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Blood Suckers

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When I invited my dad to explore New Zealand with me for five weeks, I knew there would be some sacrifices I would have to make. I knew I would have to endure teeth gritting levels of snoring, and I knew I would have to be okay with not having much of a plan. I had some sense of what I was getting myself into, and for the first few days things seemed to be flowing along nicely.

The intention of our trip was to go out on multi-day treks on some of the less popular trails. My dad, as much as he is a social guy, hates hiking with big masses of people around. I tend to agree with him, but personally don’t mind the extra company.

Our first trek of the trip started at Spirit’s Bay in the North Island. A man from the camp we were staying at offered to drive us to the trailhead, and pick us up a few days later at the other side.

Leaving Spirit’s Bay meant leaving other humans for a while. We walked along the coast of New Zealand for eight miles. Halfway through I took my shoes off, and happily walked in  the sand while carrying my oversized pack. It was our first leg of the trip, and despite feeling sunburnt and exhausted, I was elated that we had started. I remember feeling really happy that I was putting feet to trail.

Our first stop was about eight hours later at a rudimentary campsite where we would stay for the night. We arrived a few hours before sunset - just enough time to set up camp, eat some dinner, and go explore the rock pools down by the water. It was surreal to be at the most Northern point of a country, and see no other people for miles.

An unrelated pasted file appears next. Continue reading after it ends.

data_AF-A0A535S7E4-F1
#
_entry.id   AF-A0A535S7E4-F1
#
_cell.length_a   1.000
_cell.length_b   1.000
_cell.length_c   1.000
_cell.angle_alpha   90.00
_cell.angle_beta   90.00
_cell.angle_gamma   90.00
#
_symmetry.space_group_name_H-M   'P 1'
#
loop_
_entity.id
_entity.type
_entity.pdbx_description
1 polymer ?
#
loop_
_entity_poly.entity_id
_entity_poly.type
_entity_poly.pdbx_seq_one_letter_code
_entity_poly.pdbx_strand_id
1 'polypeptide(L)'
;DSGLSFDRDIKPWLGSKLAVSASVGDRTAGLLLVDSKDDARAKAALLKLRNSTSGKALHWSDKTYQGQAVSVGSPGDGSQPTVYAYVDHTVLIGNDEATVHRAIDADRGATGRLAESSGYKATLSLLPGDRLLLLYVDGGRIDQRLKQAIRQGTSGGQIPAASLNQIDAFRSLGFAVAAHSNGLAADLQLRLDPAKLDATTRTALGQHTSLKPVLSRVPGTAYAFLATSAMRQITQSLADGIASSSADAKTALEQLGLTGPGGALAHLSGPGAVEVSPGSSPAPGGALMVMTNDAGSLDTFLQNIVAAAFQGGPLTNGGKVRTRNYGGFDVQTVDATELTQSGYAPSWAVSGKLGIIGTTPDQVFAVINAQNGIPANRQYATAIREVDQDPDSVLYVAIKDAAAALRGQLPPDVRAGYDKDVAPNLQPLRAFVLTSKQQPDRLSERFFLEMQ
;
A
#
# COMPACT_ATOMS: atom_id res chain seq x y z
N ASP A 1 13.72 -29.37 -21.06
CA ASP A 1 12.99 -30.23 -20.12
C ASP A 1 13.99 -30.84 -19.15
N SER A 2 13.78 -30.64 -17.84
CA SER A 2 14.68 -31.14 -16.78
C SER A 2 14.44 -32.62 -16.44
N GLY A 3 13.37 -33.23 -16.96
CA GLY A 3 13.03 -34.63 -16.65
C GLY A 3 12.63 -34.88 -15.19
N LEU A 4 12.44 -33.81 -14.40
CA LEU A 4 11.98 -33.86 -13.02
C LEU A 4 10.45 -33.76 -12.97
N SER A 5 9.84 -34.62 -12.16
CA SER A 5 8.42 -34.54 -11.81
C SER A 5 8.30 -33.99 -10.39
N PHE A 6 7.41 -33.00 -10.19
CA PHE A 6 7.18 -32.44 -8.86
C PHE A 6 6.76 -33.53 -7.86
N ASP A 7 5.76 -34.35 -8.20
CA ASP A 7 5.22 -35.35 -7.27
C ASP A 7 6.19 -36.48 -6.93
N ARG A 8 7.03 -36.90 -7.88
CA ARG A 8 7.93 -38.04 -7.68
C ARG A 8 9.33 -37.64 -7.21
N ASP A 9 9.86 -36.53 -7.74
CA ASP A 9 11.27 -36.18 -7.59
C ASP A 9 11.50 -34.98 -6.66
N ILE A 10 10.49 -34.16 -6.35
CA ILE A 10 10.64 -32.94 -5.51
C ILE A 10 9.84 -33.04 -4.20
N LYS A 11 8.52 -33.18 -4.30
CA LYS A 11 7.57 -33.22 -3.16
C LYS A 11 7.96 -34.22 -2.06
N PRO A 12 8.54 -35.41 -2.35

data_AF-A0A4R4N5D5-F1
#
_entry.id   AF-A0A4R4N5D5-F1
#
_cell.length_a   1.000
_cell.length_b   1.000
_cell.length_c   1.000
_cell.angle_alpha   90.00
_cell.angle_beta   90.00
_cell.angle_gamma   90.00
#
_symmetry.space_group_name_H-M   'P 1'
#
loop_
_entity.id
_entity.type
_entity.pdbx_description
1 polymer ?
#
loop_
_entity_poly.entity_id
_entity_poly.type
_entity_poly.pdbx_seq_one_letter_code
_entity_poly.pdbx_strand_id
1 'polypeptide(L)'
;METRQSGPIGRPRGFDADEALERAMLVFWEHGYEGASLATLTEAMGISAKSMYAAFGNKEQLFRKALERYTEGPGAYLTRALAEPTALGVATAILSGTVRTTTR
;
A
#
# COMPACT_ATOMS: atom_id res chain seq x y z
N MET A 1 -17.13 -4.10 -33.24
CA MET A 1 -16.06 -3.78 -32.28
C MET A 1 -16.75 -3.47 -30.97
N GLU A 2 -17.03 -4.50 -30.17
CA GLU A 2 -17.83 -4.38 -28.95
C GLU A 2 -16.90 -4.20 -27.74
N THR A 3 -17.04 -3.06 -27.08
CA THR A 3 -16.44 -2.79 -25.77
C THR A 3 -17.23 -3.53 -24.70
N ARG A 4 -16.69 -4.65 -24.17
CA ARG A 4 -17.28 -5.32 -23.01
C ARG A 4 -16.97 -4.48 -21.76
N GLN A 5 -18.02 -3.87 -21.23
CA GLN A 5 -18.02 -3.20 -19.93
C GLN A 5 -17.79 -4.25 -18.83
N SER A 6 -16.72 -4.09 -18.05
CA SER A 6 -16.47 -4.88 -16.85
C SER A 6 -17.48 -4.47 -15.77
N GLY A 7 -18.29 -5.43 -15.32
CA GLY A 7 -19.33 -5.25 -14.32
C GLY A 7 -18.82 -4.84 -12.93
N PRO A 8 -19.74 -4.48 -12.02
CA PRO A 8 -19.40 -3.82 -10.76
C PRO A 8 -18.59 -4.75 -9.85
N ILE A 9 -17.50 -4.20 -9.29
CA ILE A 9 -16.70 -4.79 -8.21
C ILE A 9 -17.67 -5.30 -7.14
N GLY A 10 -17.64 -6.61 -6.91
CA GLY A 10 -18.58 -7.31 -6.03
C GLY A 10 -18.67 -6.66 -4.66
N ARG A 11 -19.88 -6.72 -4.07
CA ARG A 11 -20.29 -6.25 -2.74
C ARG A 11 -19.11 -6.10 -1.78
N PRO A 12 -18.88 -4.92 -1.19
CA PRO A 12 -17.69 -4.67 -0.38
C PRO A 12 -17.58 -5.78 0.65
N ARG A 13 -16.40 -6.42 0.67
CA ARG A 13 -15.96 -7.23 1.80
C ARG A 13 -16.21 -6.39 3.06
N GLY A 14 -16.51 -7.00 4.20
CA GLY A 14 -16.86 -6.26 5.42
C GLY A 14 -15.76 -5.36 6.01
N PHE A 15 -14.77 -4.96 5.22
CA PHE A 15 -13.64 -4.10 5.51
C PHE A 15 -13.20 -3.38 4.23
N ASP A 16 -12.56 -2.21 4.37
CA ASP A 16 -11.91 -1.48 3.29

Satisfied with the day’s adventures, and eager to start the next day, we went to bed fairly early. I had already grown accustomed to falling asleep with earbuds in blaring music (Beach House) to drown out my dad’s snoring. That’s why, when my dad woke up to leave the tent and use the bathroom, I didn’t hear him.

I was jolted out of my sleep by my dad screaming my name. When I replied, he very calmly said “okay, when I say go, I’m going to dive into the tent and I need you to close the door as quickly as possible.” I said okay, still groggy and unsure of what was happening.

And then I heard what sounded like a chainsaw. And then I looked up and saw hundreds, if not thousands, of mosquitos in our tent. My dad yelled “GO” as he dove in, and I zipped up the tent. He said he had never seen so many mosquitos in his entire life - and that outside the tent the air was thick with them. I remember just looking at him, rolling my eyes, and zipping my sleeping bag over my head for the remainder of the night.

As soon as the sun rose, I jumped out of the tent, so happy that it was a new day. The best way to describe that feeling is when you were the first to wake up at a sleepover as a kid, and all you wanted to do was go home (just me?). Now that I was fully awake, I thought the mosquito incident was hilarious. It was so rare to see my dad freaked out, especially by bugs. I poked fun at him the rest of the day. I also learned a valuable lesson that day - never camp next to a swamp.